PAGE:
This is the biggest and second most important cathedral of the Ethiopian Orthodox Church. The cornerstone was laid in 1928 with the blessing of Empress Zauditu. The extensive construction was completely stopped during the exile of Emperor Haile Selassie during the Italian Occupation, but began again promptly when he returned in 1941, finishing in 1942. The cathedral's huge frame is an architectural masterpiece and boasts an illustrious history. The cemetery is the final resting place of Ethiopian heroes and personalities - even Sylvia Pankhurst, the British feminist who became an advocate for Ethiopian independence during the Italian Occupation. The main entrance to this important cathedral was closed off for many years during the Communist Derg regime. The tearing down of the barrier wall that had kept the faithful away was a major event that heralded freedom of religion.

Addis Ababa, Ethiopia
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Saint George's Cathedral

Built by Emperor Menelik II to commemorate his victory over the invading Italians in the Battle of Adwa in 1896, Saint George's Cathedral is dedicated to Ethiopia's patron saint. The octagon-shaped cathedral's distinctive dome can be seen for miles around. Its architecture is a blend of the European and Ethiopian styles, and the interior of the ornately carved structure features beautiful stained glass work. The cathedral was also the sight of the coronation of Emperor Haile Selassie in 1930 and remains a major pilgrimage destination for Rastafarian followers. Prominent other features of the church include artwork by celebrated Ethiopian artist Afewerk Tekle. The museum within the cathedral compound is also well worth a visit.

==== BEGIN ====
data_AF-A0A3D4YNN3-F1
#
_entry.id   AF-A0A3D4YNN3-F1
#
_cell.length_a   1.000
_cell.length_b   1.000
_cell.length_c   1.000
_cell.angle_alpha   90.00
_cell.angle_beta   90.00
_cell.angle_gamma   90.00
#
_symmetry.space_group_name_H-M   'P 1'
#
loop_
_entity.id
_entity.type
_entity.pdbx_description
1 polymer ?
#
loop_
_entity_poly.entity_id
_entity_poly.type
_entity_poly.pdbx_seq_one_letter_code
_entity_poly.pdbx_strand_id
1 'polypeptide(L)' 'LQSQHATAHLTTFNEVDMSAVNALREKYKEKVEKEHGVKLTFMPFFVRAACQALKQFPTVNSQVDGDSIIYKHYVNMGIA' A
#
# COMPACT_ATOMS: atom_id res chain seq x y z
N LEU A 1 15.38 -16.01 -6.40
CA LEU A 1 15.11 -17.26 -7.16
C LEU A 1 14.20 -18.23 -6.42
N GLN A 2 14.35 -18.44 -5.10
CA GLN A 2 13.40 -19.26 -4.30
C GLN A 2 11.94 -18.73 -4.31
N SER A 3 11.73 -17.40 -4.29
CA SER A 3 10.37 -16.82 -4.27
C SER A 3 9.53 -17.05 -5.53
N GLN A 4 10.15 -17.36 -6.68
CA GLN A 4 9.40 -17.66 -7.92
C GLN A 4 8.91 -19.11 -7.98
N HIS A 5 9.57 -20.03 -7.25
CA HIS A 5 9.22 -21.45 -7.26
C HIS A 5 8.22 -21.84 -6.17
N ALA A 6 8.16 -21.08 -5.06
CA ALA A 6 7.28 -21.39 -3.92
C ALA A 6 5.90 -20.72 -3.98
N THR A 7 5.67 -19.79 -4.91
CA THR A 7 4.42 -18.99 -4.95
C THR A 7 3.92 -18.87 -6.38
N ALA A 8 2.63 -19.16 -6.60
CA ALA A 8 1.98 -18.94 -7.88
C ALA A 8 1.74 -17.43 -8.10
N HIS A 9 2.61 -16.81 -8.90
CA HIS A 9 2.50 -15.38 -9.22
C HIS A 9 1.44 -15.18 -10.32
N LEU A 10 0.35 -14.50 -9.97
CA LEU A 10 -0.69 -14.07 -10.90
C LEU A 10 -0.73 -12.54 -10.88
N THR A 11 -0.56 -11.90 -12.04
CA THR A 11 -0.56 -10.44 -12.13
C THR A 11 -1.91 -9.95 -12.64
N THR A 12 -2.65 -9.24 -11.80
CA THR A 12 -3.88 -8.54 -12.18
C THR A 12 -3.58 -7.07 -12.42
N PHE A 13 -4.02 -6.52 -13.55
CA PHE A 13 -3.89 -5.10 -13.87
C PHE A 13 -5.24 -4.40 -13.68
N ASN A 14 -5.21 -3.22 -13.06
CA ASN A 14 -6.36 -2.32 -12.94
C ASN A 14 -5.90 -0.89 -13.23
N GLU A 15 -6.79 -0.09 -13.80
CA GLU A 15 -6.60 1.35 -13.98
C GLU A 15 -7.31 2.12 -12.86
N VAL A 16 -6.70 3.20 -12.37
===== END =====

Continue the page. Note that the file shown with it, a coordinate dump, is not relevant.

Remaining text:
Addis Ababa, Ethiopia
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Saint George's Cathedral Museum

This museum is the starting point to join in a tour of the Saint George Cathedral, built to celebrate the victory of Ethiopia over Italy in the Battle of Adwa. Both Empress Zaudito and Emperor Haile Selassie were crowned at the cathedral. The museum houses exhibits that include the finery used in those coronations, as well as the widest collection of Ethiopian religious objects outside of Axum.

Addis Ababa, Ethiopia
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Makush Gallery & Restaurant

The restaurant is a popular meeting place for drinks and meals with friendly and attentive service. The gallery hosts a rotating show of Ethiopian modern art worth coming to see even without the fine Italian menu.

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National Museum

Ethiopia is the territory where millions of years of human evolution took place. The National Museum is the proud home of the world's most incredible anthropological finds, whose major star is Lucy, the 3 million year old, three and a half foot tall hominid Australopithecus Africanus, ancestor of modern humans. The museum doesn't shine with Lucy's star alone, among its world-class collection are thousands' of years of human artifacts, early tools and jewelery through the ages.

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Merkato

Famous for being the biggest open air market in Africa, the Merkato is located in the western part of Addis Ababa. If you have the patience and energy, you can find anything from clothes to food items to heavy machinery spare parts. There are two huge adarash (halls) with hundreds of stalls selling clothes and shoes in a bazaar-style setting. There is usually many a bargain to be found here. Keep walking to find distinct markets within the market, including a camel market and one of the biggest selling hubs for coffee in the world. With such a crush of things to see, buyers and sellers, visitors are advised to leave all their valuables stowed away in their hotel as pickpockets are rife. The busiest day at the Merkato is Saturday, however any day of the week there will be plenty to see.